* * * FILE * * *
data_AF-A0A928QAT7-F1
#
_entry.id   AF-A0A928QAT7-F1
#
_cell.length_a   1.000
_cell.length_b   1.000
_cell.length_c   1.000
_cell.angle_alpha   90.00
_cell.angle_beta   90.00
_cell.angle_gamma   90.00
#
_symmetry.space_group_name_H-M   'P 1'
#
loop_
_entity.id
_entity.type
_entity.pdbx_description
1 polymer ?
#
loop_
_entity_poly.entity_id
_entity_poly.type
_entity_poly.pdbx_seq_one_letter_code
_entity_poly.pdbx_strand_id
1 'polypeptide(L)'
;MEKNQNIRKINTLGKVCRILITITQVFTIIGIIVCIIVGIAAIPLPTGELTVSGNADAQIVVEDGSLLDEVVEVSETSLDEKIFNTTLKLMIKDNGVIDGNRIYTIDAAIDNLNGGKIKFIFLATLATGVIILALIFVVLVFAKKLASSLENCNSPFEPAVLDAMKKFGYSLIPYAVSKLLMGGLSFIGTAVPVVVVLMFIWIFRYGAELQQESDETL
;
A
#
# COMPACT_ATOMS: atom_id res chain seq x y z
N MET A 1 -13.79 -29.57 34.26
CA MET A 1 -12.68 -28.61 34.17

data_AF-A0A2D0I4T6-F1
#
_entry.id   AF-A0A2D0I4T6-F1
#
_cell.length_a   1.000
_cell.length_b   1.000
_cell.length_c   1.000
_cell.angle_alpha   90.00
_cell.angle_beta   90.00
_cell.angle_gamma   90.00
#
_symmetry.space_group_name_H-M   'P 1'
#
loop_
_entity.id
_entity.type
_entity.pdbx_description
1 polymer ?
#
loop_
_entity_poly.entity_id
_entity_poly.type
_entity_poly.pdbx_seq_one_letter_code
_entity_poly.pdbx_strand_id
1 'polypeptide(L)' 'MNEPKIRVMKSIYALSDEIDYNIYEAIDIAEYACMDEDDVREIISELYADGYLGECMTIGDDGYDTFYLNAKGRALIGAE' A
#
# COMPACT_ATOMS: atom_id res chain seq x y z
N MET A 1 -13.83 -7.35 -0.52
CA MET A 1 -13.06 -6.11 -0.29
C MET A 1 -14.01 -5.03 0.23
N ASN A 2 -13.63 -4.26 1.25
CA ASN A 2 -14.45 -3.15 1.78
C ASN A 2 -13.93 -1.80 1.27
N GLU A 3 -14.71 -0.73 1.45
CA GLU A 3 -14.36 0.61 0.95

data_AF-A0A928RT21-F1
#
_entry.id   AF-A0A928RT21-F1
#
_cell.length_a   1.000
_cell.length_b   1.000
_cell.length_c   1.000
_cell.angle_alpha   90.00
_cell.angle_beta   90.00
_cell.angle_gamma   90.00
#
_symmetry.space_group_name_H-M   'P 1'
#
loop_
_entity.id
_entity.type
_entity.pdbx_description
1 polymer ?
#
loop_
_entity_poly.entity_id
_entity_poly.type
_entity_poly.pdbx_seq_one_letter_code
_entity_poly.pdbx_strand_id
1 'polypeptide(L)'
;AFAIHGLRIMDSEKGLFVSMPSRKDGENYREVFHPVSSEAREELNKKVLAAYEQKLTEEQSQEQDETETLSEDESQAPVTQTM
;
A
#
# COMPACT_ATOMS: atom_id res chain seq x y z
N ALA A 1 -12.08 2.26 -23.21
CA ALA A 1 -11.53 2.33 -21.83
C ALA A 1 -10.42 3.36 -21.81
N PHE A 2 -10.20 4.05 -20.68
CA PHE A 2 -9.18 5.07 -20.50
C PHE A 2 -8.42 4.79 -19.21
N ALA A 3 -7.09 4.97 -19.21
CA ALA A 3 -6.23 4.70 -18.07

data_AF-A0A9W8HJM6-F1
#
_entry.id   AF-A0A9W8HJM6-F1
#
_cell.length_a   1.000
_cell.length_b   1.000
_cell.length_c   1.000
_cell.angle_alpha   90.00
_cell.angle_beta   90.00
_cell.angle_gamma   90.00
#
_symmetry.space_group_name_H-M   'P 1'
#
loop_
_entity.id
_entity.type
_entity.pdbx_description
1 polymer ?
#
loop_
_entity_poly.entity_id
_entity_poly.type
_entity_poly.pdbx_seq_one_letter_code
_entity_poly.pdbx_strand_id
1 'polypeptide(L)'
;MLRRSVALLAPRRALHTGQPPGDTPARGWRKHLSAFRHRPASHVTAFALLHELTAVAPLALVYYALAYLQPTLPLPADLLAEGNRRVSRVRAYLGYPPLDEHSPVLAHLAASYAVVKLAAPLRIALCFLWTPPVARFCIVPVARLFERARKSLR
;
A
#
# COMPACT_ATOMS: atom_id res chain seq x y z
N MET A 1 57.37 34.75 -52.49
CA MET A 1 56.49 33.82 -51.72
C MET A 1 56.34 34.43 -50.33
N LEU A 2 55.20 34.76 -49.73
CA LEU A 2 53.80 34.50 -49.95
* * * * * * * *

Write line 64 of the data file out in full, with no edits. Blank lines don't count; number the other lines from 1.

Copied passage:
CA ASN A 2 -14.45 -3.15 1.78